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Online Tools

Alcohol-Related Disease Impact (ARDI) application
To assist professionals in state and local public health departments in estimating the impact of alcohol-attributable deaths (AAD) and years of potential life lost (YPLL)—a measure of premature death—the Centers for Disease Control and Prevention (CDC) funded the development of the Alcohol-Related Disease Impact (ARDI) application. Originally released in 1989, ARDI was specifically designed to allow states to calculate AAD, YPLL, direct health care costs, indirect morbidity and mortality costs, and non-health-sector costs associated with alcohol misuse.

In 2002, with support from a grant from the Robert Wood Johnson Foundation, the Alcohol Program in CDC’s National Center for Chronic Disease Prevention and Health Promotion began updating ARDI and migrating it to the Internet to be more accessible to state-based epidemiologists and other users. In September 2004, the new version of ARDI was released in conjunction with a Morbidity and Mortality Weekly Report article entitled Alcohol-Attributable Deaths and Years of Potential Life Lost — United States, 2001. That report highlighted that approximately 75,000 AAD occurred in 2001 resulting in approximately 2.3 million YPLLs. In February 2008, additional years of data were added, which resulted in 5-year average annual estimates of health effects based on the years 2001–2005.  This was done to produce more stable estimates than can be obtained from a single year of data.  In December 2013, the data in ARDI were updated once again to provide average annual estimates of AAD (88,000) and YPLL (2.5 million) for 2006-2010.

ARDI includes reports for all 50 states with options to view each report by gender and age groups. Since the original release in 2004, ARDI has been enhanced to include reports specifically focused on individuals younger than 21 years of age. In addition, the custom data feature has been enhanced to make it easier for users to conduct sub-state (e.g., county-level) analyses of alcohol-attributable deaths and YPLL.

Alcohol Policy Information System (APIS)
Managed by the National Institute on Alcohol Abuse and Alcoholism (NIAAA), the Alcohol Policy Information System (APIS) provides detailed information on 35 state and federal alcohol policies in the policies. These policies fall under the following categories:

  • Alcohol beverages pricing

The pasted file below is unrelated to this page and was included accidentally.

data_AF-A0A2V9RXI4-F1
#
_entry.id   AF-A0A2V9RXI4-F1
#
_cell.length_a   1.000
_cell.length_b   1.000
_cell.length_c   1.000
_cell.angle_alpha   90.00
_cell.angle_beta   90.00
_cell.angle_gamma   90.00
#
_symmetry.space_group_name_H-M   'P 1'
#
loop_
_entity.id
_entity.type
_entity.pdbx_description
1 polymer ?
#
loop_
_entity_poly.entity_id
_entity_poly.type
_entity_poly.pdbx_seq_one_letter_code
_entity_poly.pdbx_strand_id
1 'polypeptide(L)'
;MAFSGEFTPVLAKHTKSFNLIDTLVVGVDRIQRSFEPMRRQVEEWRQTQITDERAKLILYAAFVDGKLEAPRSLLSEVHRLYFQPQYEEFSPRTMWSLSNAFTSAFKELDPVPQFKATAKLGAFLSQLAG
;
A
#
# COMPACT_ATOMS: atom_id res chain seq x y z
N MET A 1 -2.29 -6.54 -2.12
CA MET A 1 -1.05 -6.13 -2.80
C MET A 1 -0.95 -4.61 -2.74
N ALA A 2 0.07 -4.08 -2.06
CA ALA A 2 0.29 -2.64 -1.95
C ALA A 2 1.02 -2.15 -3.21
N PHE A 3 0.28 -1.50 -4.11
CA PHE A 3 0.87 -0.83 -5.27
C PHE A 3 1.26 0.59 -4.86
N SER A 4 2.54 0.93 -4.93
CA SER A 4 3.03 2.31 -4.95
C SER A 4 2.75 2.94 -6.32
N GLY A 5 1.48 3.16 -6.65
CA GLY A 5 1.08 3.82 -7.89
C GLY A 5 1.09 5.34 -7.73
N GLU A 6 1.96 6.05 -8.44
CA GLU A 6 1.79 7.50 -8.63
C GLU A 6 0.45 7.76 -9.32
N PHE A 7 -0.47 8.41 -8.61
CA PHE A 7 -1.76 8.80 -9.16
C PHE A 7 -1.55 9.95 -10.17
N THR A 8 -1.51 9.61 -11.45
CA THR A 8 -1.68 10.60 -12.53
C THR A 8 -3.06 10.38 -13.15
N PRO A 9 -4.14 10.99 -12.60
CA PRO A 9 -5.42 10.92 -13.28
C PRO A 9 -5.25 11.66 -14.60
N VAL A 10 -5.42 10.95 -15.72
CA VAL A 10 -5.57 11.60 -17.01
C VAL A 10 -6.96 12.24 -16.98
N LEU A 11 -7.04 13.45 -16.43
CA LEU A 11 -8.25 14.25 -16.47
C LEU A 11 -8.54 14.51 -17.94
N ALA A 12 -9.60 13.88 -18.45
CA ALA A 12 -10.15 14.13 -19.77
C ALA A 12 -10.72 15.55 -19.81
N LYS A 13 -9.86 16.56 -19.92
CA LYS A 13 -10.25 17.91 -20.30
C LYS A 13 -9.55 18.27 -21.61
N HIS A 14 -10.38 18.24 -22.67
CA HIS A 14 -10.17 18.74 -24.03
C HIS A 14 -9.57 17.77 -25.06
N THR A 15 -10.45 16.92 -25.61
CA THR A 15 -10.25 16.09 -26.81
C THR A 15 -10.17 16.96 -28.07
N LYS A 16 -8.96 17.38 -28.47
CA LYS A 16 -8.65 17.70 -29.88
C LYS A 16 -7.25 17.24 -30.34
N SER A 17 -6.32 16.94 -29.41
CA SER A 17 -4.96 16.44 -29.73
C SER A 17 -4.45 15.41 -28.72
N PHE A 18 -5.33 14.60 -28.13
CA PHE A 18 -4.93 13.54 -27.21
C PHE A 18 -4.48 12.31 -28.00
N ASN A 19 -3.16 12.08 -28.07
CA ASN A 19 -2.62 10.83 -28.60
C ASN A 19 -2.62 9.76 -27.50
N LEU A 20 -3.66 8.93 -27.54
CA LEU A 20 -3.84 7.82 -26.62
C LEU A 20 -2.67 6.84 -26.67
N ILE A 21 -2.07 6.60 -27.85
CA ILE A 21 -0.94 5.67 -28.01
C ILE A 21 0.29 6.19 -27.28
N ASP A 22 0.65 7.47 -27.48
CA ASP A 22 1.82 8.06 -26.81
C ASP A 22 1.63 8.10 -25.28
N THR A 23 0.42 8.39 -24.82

• Alcohol control systems
  • Blood alcohol concentration (BAC) limits
  • Health care services and financing
  • Pregnancy and alcohol
  • Retail sales
  • Taxation
  • Transportation
  • Underage drinking

APIS is intended to support alcohol policy research and public health practice in preventing excessive alcohol use. APIS also provides a variety of informational resources of interest to alcohol policy researchers, public health practitioners, community coalitions, and others involved with alcohol policy issues. The system is based on in-depth legal research conducted by attorneys with special expertise in alcohol policy. APIS is updated annually, and the list of policies being tracked by the system is updated periodically on the basis of researchers’ and public health practitioners’ needs.

Consumer Costs and Job Impacts from State Alcohol Tax Increases

The Community Preventive Services Task Force recommends increasing alcohol taxes based on strong evidence that this can reduce excessive alcohol consumption and related harms. However, questions have been raised about the potential impact of alcohol tax increases on the cost of alcohol to individual drinkers and on state employment. To help answer these questions, the Alcohol Program in the Centers for Disease Control and Prevention (CDC) funded a research collaborative involving the Johns Hopkins Bloomberg School of Public Health, the University of Florida, the University of Illinois at Chicago, and Boston Medical Center. This new web tool was developed based on these research findings to model how much extra adult drinkers would pay for alcohol following various hypothetical state alcohol tax increases based on how much they drink, income, and employment status, as well as the effect these hypothetical tax increases would be expected to have on state employment.

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